J. wants to touch Kirby

Looking at Kirby is a huge step

Looking at Kirby is a huge step

We arrived for our visit with J. and he was riding a tricycle. He was happy to see Kirby and rode right up to his stroller. I had been told that the time since our last visit was remarkable. He had been much more social, verbal  and actually started conversations with people by talking about Kirby.  I was told he never started a conversation before but he walked right into a therapy session and said “Hi, this is Coco,” and showed his Coco doll.  He seemed more at ease when seeing other dogs and told everyone he knew that he had a dog friend. He showed everyone Kirby’s trading card and carried his Coco doll everywhere. He even slept with Coco.

We went into a therapy room and at first J. said Kirby should stay in his buggy.

J. wanted to brush Kirby

J. wanted to brush Kirby

J. speaks in the third person so after a little while he said Kirby could come close. He said “J. wants Kirby.”  He didn’t object to Kirby lying on his blanket nearby. If Kirby got too close, J. would make it known the little dog should back away a bit, so he did. As soon as Kirby moved further away, J. would lean in and get himself closer.

Everything was on J.’s terms.

Giving Kirby a Cheerio

Giving Kirby a Cheerio

J. was much more verbal and not just repeating phrases as before. He initiated talk and without any doubt wanted Kirby nearby. He said the dog’s name several times, and shook my hand to greet me and let me sit on the couch next to him.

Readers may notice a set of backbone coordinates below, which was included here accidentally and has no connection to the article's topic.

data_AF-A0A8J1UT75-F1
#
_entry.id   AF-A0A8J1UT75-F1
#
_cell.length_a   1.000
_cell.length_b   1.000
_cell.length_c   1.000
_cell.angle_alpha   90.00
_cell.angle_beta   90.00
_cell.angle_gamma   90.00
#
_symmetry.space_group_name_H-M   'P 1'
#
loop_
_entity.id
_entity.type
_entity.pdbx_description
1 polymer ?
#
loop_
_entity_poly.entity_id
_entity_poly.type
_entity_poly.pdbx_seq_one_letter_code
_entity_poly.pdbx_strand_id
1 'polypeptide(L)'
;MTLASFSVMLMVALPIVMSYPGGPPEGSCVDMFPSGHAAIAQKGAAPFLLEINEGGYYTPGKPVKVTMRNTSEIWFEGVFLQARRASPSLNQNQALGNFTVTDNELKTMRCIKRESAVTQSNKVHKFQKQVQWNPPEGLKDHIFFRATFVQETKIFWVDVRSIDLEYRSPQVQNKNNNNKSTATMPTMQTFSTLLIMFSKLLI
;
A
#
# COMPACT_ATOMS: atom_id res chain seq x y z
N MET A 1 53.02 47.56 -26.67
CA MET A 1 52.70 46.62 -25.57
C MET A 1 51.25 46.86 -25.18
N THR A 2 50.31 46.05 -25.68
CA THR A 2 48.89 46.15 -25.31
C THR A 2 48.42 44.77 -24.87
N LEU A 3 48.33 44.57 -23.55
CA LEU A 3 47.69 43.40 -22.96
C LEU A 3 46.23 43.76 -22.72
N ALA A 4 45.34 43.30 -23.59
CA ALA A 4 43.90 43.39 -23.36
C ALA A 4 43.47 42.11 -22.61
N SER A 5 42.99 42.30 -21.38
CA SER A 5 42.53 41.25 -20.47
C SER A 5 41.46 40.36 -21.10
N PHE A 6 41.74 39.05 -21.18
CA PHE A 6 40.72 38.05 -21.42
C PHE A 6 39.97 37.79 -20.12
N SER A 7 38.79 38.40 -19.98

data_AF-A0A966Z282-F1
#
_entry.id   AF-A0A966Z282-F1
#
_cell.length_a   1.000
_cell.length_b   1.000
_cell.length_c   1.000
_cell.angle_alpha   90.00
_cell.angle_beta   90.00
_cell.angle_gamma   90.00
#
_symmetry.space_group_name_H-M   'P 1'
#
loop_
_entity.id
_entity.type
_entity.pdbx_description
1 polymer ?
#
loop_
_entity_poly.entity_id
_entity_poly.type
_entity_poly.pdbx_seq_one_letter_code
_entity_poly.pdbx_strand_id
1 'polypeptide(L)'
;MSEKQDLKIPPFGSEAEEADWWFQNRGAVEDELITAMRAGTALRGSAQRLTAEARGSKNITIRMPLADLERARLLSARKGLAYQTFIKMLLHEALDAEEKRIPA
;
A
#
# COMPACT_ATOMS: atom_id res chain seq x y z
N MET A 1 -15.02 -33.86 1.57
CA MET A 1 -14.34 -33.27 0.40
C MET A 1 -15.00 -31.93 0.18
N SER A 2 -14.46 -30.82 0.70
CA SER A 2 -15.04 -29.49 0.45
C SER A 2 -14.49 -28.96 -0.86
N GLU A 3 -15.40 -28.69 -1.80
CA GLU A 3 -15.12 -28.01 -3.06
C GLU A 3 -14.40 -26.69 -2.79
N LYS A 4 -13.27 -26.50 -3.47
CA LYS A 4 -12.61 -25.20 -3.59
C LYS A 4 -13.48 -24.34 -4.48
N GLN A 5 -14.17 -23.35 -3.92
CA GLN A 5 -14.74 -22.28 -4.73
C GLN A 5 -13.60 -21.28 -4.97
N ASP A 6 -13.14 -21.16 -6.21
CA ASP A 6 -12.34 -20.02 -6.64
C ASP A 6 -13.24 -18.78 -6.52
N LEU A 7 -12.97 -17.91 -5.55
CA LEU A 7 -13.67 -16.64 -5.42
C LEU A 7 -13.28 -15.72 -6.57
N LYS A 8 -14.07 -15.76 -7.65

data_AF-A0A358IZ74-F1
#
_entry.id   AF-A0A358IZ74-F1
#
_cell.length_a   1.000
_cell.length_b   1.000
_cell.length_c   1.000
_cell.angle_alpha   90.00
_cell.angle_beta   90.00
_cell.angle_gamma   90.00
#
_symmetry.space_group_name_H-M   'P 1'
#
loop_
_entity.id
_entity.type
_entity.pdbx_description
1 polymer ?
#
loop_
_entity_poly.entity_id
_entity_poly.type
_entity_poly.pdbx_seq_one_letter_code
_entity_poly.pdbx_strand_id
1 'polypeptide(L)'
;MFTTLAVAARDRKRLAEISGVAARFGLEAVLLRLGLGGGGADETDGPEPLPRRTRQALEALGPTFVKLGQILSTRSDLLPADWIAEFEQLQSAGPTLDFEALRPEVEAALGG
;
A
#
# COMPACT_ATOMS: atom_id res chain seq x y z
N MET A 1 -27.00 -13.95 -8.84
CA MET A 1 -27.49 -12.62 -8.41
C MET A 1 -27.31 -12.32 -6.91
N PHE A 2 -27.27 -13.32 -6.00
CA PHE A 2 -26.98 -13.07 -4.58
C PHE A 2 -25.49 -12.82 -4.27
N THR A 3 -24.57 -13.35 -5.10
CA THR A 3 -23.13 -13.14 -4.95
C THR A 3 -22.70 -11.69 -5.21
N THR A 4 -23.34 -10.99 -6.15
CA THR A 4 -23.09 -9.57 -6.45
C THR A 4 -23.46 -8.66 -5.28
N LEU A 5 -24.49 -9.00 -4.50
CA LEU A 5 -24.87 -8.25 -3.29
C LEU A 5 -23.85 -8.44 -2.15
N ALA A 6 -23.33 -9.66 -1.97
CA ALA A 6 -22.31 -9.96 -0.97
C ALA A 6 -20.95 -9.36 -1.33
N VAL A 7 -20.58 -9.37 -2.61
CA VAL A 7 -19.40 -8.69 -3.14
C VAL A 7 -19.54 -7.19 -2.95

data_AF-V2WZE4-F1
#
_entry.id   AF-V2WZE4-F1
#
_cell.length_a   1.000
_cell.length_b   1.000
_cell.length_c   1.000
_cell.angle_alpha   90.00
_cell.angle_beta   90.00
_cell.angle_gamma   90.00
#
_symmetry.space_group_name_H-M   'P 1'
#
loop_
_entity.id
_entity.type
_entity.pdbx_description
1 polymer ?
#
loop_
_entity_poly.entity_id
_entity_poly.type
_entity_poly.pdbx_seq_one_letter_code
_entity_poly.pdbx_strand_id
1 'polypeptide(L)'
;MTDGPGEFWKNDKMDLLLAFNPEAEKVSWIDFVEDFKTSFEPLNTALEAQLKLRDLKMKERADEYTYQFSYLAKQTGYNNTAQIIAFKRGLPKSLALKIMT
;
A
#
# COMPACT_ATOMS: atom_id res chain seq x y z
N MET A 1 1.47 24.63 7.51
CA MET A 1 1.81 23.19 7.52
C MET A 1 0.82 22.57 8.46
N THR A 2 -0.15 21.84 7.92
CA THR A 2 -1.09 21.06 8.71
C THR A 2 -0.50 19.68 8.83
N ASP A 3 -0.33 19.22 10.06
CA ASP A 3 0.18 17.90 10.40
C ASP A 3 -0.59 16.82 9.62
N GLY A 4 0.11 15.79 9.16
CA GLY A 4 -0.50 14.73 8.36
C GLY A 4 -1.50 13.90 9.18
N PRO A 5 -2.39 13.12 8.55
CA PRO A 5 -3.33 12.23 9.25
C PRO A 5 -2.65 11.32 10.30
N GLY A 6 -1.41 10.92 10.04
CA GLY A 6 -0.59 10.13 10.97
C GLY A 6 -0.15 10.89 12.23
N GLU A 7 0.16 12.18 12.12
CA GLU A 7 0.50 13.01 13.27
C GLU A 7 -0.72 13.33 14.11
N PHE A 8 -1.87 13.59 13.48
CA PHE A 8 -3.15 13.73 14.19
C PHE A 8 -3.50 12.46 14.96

Then after about half an hour a little hand very tentatively touched Kirby. The little dog was lying right in front of J. but turned away so his back was towards the child. A small hand so barely touched the little dog’s fur it was almost missed.

Kirby in J's lap for the first time

Kirby in J’s lap for the first time

Then we read a story together about how to greet a new dog. The boy in the story looked a lot like J. and he liked that.

J. held onto Kirby’s leash and looked directly at him. When the little dog looked back, J. did not flinch but retained his gaze. He even smiled at Kirby and said his name.Then his therapist thought it was a good idea to hold Kirby so she did. She cradled him gently in her arms and he started wagging his tail. He was so happy.

After watching this for a while J. said it would be okay for Kirby to sit in his lap. As soon as the little dog got comfortable, J. reached out to hold him. What a beautiful moment.

Touching Kirby on his own

Touching Kirby on his own

Then J. said “Walk Kirby” so we took him outside for a brief walk to go potty. It was raining but J. put his hood up and brave Kirby walked in the rain until he found a spot to potty. J. never let go of the leash.

At this visit we showed J. pictures of other Love Dogs and told him he could meet them if he wanted to. Big dogs, different dogs and he said that would be ok. So next week he will meet Benny. Then for Christmas we may have some larger dogs visit.

So while we were initially brought in to work with this child on his fear of dogs, we are seeing tremendous benefits in other areas such as focus, speech and socialization.

Children on the autism spectrum can benefit greatly from the healing power of pets when facilitated with a protocol created by the child’s entire care team. We are proud to be a part of J.’s team.